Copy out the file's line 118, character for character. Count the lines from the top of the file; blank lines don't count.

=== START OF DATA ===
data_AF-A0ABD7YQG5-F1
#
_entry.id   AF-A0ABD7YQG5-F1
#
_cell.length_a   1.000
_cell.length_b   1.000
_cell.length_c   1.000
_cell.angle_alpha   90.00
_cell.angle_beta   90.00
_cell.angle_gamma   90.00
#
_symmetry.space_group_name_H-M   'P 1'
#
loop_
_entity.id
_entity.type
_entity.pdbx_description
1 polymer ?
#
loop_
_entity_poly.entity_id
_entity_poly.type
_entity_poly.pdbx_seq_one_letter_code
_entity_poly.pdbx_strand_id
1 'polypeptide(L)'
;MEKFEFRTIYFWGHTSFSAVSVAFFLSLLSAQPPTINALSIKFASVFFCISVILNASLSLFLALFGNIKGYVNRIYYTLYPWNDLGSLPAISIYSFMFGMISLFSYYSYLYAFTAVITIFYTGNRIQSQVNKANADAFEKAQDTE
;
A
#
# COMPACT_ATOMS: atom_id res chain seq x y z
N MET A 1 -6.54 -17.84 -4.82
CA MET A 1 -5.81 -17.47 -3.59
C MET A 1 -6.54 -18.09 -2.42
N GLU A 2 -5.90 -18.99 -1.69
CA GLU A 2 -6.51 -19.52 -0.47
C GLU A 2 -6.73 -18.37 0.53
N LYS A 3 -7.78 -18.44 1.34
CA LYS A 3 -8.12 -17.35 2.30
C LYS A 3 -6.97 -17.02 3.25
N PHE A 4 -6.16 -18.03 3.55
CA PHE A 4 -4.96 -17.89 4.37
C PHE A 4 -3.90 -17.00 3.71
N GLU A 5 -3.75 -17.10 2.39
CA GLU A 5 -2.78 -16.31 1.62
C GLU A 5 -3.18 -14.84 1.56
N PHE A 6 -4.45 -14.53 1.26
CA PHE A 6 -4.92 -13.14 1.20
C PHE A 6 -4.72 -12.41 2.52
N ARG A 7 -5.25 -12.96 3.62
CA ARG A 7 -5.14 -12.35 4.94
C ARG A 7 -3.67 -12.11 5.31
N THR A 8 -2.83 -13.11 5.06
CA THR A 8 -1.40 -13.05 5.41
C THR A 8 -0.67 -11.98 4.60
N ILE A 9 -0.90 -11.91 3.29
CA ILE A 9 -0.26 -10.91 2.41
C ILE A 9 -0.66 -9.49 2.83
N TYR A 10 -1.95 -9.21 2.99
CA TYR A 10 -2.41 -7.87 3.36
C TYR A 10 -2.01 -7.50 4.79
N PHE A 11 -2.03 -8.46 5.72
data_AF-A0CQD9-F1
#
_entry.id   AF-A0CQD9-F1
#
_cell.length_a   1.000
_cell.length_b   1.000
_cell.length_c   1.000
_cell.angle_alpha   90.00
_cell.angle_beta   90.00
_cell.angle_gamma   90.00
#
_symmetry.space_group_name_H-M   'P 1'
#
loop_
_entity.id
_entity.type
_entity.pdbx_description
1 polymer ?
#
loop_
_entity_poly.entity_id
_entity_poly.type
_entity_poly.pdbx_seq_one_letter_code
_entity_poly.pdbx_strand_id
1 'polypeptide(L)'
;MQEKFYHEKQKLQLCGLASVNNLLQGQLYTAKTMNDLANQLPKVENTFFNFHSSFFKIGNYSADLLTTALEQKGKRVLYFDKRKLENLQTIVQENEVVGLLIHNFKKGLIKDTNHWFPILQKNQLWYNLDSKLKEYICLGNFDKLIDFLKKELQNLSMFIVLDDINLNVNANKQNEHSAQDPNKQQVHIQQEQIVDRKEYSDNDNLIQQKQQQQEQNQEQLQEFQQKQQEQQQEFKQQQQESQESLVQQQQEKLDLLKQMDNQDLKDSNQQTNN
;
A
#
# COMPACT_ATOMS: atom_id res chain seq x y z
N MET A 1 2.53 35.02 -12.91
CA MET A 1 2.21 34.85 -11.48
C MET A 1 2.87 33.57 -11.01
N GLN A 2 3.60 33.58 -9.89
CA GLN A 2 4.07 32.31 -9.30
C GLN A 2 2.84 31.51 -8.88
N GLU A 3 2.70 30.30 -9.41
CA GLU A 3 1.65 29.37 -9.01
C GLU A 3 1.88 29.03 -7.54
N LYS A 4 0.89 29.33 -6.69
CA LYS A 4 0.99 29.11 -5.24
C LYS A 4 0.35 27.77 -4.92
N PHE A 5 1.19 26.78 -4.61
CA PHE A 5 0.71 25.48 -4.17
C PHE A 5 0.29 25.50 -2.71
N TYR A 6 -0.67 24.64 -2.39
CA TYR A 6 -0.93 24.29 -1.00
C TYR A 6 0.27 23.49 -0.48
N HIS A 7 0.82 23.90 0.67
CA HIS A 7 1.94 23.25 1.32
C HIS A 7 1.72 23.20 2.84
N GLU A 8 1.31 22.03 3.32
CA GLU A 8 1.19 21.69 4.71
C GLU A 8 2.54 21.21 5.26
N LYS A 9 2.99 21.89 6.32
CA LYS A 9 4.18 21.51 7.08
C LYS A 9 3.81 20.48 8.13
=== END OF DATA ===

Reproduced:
C LYS A 9 3.81 20.48 8.13